Thursday, March 3, 2011

Celebrating Revelations at 50


"Celebrating Revelations at 50" was the theme of the performance by the Alvin Ailey American Dance Theater that I saw last Sunday in Philadelphia. And that picture right there shows two of the company members. Pretty amazing, right? I mean, those feet and extensions are just unreal! Imagine seeing a stage full of beautiful dancers like that doing some of the most difficult modern choreography there is, all while making it seem completely effortless. For instance, in one of the pieces, the dancers had to do what's called a hinge where they balance on the balls of their feet, keep their bodies flat as a board, and lower down to a couple inches from the floor. AND COME BACK UP. They did this completely controlled and calm as if it was something they could do in their sleep. I was absolutely amazed. Not only could the dancers perform impressive skills and technique, but they were captivating performers. Any one of those dancers could have simply wiggled their index finger and it would have been beautiful. They moved with such grace, yet with such strength. The change in dynamics throughout the entire show is what made the dancing so interesting to watch.

Now, if you don't know Revelations, you should. It is one of the most famous modern pieces in American history. It was choreographed by Alvin Ailey himself in 1960, hence the title "Celebrating Revelations at 50". This ballet has three sections: Pilgrim of Sorrow, Take Me to the Water, and Move, Members, Move. By the way, it is modern dance, but they called his dances ballets, just so there's no confusion. These dances are about African American struggles, slavery, and religion. Pilgrim of Sorrow is a very serious and somber section that seems to demonstrate the suffering and desperation that these people went through. One of my favorite dances from this section was called, "Fix Me, Jesus".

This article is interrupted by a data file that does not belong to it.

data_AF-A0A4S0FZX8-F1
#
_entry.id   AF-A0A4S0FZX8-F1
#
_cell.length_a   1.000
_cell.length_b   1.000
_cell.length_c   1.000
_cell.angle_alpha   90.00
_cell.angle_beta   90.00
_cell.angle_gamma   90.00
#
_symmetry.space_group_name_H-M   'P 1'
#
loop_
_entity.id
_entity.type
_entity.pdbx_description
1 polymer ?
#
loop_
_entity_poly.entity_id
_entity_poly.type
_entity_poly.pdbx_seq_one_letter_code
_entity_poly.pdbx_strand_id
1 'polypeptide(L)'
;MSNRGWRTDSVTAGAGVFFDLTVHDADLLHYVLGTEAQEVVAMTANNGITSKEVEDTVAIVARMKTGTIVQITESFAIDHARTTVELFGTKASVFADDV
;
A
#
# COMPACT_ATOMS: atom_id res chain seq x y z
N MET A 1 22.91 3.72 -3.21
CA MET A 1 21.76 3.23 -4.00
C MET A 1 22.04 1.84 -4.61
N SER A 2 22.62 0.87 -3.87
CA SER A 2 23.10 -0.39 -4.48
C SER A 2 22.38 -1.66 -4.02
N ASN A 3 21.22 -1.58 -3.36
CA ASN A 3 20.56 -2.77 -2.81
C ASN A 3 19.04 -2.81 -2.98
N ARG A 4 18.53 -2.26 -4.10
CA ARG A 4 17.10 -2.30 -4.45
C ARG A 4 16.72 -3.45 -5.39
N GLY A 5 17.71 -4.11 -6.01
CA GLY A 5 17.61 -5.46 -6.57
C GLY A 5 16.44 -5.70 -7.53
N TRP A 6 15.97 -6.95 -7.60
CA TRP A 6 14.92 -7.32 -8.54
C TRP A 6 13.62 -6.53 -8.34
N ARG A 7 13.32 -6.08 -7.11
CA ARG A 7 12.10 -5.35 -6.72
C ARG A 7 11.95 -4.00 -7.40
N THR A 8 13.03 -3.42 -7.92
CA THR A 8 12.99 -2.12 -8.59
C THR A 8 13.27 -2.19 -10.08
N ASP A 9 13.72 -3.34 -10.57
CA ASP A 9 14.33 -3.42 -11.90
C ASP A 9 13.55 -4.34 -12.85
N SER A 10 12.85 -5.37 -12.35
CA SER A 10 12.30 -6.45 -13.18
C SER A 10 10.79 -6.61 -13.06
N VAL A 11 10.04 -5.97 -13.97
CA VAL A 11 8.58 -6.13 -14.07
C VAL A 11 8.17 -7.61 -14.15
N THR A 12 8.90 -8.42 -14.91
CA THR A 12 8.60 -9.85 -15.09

Being a dancer, I can understand how challenging this piece would be because of how much control is needed, but the dancers make it look completely light and easy and that is why it is so wonderful to watch. The woman's extensions are incredible and the man partners her like she is as light as a feather. I was definitely in awe the whole time I was watching this live. The next two sections are more upbeat and energetic. Take Me to the Water is about a ceremonial baptism where the dancers enter in white holding large pieces of white fabric on sticks and a huge, white umbrella. They even have a piece of blue fabric spanning the stage that they shake to look like ripples in a river! This one is also a must see:


Move, Members, Move is also high energy and the setting is in a church around the time of slavery. All the women were wearing yellow and they had fans that they never stopped fluttering. The men were in suits and they all danced together like they were celebrating. The mood was very cheerful and as an audience member I felt like I was celebrating too. After the company's bows, they did an encore of this dance and the whole theatre was on its feet clapping to the beat of the music. It was just a great atmosphere to be in.